I used a shortened version as my thesis, graduated, and then wrote steadily on. I was no longer working outside the home; my husband had a job that supported us, so, while the rest of the world got out of bed and went to work, I wrote. I grew bored with it. The whole thing began to feel like Barbies for grown-ups — that arbitrary. I took walks around the park and watched the women pushing strollers. No matter where you live, there are women pushing strollers. Even as an undergraduate back in Georgia, I’d watched them pass the front window of the bookstore where I worked, an endless stream of ladies and their buggies. I thought the same thing then: What do they do all day? Now I, too, was stuck at home. On bad days, I’d scorn myself, believing that I ought to just give up and get pregnant, give myself a real reason to be at home all day. Pregnancy was that kind of failure to me: a woman’s surrendering the chance to do anything really important with her life. When the writing was going well, I felt superior; I was doing something grand with all my time, unlike the mindless task of raising children.
But the more unpleasant the work became, the more I began to ask myself why I was doing it. It began to dawn on me that even with a published novel, the writing life might be this dull. It would be just as hard to stay interested in a story; it would hurt just as much to sit on my butt and hammer out the plot. It would be just as confusing to figure out how to handle time — both within the novel and without. How much time would the novel span? And how, exactly, would I organize the long days? Motivation would be an issue forever, again, in both the novel and my life. I might have the older sister go off to college, or be told she couldn’t go because there was no money. The family might be very successful, but her father might not want her to go. Out of love. Or spite. Or both.
What was worse, I began to lose sight of my goal. How was my life going to change, exactly, when the book was published? Wouldn’t I still live with my husband and stay at home all day, nursing the not-so-faint sense that my life was meaningless? For a writer, I ought to be happy. I had, after all, the two essential life elements: somebody to pay the bills and lots of time. I ought to be ecstatic. So how come I was dreaming about a day job, something that would keep me too busy to think?
I finally wrote my former thesis advisor with one specific question: How does your life change after publication? I felt like a developer, researching his prospects for a big, probably over-budget spec home. She wrote that while seeing your book in print does indeed validate the years of hard work, the writer still has to get out of bed and put her pants on one leg at a time, just like everybody else. She asked a halting question: Which do you want, she wrote. That publication change your life completely, or not change it at all?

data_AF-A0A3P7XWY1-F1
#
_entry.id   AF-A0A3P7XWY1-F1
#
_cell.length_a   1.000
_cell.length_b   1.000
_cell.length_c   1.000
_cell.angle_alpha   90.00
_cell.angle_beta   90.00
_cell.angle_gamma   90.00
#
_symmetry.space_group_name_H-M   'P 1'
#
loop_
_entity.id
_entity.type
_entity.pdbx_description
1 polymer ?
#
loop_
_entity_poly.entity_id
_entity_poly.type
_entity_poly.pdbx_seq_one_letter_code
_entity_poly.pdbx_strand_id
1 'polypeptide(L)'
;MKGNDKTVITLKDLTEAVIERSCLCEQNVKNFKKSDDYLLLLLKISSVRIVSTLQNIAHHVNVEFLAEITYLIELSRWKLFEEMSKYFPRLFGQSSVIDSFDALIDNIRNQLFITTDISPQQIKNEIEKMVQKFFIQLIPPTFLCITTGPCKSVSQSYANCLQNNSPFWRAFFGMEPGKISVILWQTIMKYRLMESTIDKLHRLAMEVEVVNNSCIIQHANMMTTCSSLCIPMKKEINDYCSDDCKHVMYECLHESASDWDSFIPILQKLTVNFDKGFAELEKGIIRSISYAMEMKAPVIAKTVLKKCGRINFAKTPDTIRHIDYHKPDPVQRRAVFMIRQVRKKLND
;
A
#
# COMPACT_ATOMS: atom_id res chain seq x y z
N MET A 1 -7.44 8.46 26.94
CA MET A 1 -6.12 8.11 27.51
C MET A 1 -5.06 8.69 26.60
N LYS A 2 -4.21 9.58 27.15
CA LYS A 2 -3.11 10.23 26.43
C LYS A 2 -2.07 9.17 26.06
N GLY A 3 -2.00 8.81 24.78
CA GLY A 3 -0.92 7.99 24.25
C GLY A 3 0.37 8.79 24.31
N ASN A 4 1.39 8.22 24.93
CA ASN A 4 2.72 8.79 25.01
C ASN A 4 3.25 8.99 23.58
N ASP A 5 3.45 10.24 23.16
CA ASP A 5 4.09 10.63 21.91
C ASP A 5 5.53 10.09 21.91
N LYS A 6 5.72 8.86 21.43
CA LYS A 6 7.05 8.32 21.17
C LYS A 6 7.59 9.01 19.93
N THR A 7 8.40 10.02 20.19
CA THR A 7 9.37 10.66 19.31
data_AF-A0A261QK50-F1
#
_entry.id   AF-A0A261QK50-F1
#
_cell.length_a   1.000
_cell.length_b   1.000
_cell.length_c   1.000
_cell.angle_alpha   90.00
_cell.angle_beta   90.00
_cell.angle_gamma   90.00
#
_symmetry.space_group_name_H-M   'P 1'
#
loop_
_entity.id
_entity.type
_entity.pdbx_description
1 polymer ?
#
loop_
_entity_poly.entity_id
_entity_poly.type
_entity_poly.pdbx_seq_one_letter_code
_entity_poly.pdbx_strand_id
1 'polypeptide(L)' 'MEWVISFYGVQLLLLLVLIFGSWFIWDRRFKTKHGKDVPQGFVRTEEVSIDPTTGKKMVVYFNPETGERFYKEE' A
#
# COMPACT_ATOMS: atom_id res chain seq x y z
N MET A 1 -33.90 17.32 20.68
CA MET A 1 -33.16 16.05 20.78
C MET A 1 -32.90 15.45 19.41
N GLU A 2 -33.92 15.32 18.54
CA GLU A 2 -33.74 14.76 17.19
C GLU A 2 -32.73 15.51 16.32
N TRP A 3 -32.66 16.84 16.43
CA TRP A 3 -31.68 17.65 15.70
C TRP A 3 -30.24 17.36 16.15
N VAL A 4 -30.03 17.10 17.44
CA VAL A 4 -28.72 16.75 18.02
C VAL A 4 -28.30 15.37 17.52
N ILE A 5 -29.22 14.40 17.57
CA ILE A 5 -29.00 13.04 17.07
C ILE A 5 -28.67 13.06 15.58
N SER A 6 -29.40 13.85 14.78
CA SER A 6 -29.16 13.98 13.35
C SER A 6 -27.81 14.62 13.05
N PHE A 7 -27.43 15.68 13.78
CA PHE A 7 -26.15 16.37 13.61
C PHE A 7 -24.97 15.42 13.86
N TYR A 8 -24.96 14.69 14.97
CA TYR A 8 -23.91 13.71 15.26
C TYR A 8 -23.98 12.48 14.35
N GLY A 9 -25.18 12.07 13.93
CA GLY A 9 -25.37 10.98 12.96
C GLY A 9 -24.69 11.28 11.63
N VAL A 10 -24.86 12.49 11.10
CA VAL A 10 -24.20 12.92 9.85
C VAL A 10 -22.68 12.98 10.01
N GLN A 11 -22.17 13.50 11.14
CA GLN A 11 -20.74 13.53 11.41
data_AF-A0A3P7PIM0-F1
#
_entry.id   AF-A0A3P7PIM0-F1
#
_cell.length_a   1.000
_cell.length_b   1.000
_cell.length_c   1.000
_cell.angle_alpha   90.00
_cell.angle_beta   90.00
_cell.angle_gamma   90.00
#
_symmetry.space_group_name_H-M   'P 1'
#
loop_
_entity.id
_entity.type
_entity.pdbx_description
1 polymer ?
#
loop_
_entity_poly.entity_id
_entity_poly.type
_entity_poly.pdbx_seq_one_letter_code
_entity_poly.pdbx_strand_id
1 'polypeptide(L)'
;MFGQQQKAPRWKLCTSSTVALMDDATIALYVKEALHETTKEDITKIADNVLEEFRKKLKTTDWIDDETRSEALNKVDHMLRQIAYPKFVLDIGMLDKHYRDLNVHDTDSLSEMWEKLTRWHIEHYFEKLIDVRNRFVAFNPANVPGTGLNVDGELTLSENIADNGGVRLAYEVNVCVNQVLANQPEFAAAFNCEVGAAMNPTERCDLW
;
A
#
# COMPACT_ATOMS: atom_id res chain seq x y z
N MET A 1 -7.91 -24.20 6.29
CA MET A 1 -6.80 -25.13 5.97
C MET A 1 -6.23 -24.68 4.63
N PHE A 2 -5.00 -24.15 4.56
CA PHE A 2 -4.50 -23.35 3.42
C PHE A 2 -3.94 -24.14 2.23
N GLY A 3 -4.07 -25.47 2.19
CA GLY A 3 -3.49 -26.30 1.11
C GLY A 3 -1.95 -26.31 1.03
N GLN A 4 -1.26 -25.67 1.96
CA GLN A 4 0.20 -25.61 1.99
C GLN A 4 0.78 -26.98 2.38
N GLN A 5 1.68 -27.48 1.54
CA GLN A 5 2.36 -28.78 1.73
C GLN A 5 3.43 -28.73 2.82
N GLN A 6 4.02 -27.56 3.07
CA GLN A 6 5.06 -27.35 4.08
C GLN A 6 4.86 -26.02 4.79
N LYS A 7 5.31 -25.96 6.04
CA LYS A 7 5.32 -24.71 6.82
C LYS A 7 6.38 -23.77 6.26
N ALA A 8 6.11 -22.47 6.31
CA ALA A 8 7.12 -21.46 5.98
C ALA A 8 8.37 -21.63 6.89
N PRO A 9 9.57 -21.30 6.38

I wasn’t sure. Well, I was sure. I certainly did want my life to change. I was sick of the questions. I was sick of my own voice. From head to toe, from the inside out, I wanted to be somebody else. As a writer, and a person of integrity, I felt I should not want this. I wasn’t writing to be rich. I didn’t want fame. The process was supposed to be what it was all about, this endless horizon of time and possibility.
Something inside me began to shift. It was like the epiphany of dieting, when you finally realize that losing a bunch of weight is not, in fact, going to transform your entire world. Only your looks. Once you understand this, the whole effort kind of loses its luster.
My daughter’s birth took place on a cold night in January. It was more work than anything I had ever done. I labored at home for over twelve hours, was seven centimeters dilated when I got to the hospital at ten. By midnight I understood that we couldn’t all agree to quit and try again tomorrow. Panic set in.
Describing it to childless friends, I realized that my strongest sense was the physical intensity of it, a job difficult beyond belief. A furniture moving analogy comes close; it’s as if you had a piece of furniture the size of a small car that must be moved through a standard size doorway. There won’t be any moving team; you must do it alone. We speak of babies as tiny, precious, and fragile, yet their power is muscular and unstoppable. Think rivers, oceans, and thunderheads.
I pushed for nearly four hours before the doctor finally said, “Let’s get that baby out of there.” A vacuum extractor appeared. The nurse pounced on my massive belly, pushing down toward my spine and feet with both hands. The doctor became a blur, her hands moving like fluttering wings. My husband drifted out of my awareness. The hot liquid rush of my baby — this was all I was aware of. Though I distinctly heard someone say the word girl, I cared only that it was over. We were all done. The nurse’s face came close to mine, “You did a great job,” she said, her voice sounding like it came from behind a glass wall. “You are a strong woman.” She had blood spattered over her face. Like a soldier, I thought.